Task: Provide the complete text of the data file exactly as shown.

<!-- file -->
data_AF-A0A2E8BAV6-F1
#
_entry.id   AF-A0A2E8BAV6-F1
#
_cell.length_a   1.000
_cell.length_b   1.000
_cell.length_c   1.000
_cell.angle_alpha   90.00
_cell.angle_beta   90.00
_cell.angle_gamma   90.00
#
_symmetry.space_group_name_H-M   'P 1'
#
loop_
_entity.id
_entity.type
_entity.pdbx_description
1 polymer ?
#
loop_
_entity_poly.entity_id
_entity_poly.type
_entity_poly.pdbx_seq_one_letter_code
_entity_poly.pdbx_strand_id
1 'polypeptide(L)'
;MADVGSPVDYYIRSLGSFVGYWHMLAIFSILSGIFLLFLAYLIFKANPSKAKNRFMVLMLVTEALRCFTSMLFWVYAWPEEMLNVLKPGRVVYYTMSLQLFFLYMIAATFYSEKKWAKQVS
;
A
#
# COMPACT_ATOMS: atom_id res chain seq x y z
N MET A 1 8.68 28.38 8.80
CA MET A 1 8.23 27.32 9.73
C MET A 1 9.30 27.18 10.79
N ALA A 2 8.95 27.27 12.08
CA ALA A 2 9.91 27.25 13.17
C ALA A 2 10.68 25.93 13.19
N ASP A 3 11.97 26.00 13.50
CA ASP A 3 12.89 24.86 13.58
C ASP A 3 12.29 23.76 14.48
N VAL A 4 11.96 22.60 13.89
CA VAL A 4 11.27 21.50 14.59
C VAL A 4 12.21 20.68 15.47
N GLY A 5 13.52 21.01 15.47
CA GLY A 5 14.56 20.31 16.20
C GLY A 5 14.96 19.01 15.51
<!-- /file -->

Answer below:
data_AF-A0A2E8BAV6-F1
#
_entry.id   AF-A0A2E8BAV6-F1
#
_cell.length_a   1.000
_cell.length_b   1.000
_cell.length_c   1.000
_cell.angle_alpha   90.00
_cell.angle_beta   90.00
_cell.angle_gamma   90.00
#
_symmetry.space_group_name_H-M   'P 1'
#
loop_
_entity.id
_entity.type
_entity.pdbx_description
1 polymer ?
#
loop_
_entity_poly.entity_id
_entity_poly.type
_entity_poly.pdbx_seq_one_letter_code
_entity_poly.pdbx_strand_id
1 'polypeptide(L)'
;MADVGSPVDYYIRSLGSFVGYWHMLAIFSILSGIFLLFLAYLIFKANPSKAKNRFMVLMLVTEALRCFTSMLFWVYAWPEEMLNVLKPGRVVYYTMSLQLFFLYMIAATFYSEKKWAKQVS
;
A
#
# COMPACT_ATOMS: atom_id res chain seq x y z
N MET A 1 8.68 28.38 8.80
CA MET A 1 8.23 27.32 9.73
C MET A 1 9.30 27.18 10.79
N ALA A 2 8.95 27.27 12.08
CA ALA A 2 9.91 27.25 13.17
C ALA A 2 10.68 25.93 13.19
N ASP A 3 11.97 26.00 13.50
CA ASP A 3 12.89 24.86 13.58
C ASP A 3 12.29 23.76 14.48
N VAL A 4 11.96 22.60 13.89
CA VAL A 4 11.27 21.50 14.59
C VAL A 4 12.21 20.68 15.47
N GLY A 5 13.52 21.01 15.47
CA GLY A 5 14.56 20.31 16.20
C GLY A 5 14.96 19.01 15.51